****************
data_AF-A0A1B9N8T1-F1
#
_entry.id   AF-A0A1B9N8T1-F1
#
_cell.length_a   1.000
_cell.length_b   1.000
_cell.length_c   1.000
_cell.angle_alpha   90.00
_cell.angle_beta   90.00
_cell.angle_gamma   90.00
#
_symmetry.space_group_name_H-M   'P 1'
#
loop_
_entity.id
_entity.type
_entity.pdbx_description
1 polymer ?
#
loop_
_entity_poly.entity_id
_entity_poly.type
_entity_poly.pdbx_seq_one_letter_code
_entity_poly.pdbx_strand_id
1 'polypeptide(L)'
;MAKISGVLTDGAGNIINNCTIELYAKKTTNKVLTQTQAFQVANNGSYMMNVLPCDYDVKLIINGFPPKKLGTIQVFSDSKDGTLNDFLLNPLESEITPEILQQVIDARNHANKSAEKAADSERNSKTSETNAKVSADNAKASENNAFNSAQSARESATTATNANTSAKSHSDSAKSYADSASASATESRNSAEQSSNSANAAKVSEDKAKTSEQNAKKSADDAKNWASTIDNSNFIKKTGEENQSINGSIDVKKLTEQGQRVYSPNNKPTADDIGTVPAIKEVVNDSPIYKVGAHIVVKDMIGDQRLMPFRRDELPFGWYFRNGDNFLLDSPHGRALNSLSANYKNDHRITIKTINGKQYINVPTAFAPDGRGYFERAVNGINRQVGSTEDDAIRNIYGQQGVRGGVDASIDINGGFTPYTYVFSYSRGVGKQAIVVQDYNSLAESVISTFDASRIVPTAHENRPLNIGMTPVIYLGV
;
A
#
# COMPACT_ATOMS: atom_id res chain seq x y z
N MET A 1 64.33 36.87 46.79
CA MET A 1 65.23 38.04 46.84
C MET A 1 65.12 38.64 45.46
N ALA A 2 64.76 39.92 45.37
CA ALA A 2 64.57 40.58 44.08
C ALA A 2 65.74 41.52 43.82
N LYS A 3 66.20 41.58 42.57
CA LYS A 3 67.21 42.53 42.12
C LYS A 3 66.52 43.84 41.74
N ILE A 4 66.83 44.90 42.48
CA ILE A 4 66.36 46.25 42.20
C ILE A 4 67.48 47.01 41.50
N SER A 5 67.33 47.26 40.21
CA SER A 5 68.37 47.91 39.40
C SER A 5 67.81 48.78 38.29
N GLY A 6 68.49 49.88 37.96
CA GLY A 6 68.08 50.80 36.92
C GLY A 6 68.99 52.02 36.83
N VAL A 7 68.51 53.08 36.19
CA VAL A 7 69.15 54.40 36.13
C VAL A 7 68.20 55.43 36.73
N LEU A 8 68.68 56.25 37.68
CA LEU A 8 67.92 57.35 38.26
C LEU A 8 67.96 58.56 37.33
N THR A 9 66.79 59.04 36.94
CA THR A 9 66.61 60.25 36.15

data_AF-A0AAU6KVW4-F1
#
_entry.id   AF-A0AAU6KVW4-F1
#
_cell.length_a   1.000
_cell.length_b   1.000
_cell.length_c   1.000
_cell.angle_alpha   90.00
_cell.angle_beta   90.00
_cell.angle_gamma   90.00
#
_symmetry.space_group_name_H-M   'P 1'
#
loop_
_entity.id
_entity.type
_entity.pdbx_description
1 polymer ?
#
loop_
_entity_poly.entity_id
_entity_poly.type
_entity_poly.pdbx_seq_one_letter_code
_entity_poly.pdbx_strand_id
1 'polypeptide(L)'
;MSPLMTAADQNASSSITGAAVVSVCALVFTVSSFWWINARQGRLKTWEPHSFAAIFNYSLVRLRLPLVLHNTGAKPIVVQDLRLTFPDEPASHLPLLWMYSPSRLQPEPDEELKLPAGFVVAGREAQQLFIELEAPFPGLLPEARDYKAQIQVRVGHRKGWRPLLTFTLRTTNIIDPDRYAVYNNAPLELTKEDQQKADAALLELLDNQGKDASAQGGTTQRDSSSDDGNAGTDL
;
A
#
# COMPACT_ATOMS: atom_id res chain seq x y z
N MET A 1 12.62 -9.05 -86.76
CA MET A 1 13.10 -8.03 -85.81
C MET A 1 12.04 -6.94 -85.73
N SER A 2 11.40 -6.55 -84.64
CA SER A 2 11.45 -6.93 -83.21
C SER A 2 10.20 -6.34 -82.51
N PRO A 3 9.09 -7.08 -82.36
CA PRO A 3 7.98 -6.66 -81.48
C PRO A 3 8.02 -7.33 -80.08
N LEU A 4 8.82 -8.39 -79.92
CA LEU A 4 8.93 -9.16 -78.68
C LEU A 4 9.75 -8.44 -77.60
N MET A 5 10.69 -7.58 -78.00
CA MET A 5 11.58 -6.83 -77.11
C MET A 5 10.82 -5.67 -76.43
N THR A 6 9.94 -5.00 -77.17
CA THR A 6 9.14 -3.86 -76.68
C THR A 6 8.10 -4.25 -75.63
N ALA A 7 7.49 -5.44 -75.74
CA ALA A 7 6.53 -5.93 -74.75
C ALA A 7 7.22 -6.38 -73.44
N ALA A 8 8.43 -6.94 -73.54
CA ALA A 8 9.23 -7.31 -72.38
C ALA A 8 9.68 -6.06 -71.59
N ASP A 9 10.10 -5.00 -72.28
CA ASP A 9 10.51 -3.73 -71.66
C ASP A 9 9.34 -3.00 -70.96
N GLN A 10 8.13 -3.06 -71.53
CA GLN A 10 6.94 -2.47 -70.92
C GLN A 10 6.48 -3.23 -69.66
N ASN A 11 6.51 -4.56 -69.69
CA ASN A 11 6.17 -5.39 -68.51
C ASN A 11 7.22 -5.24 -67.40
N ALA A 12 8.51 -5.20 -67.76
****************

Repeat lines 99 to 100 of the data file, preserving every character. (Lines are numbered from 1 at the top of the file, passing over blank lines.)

N MET A 5 10.69 -7.58 -78.00
CA MET A 5 11.58 -6.83 -77.11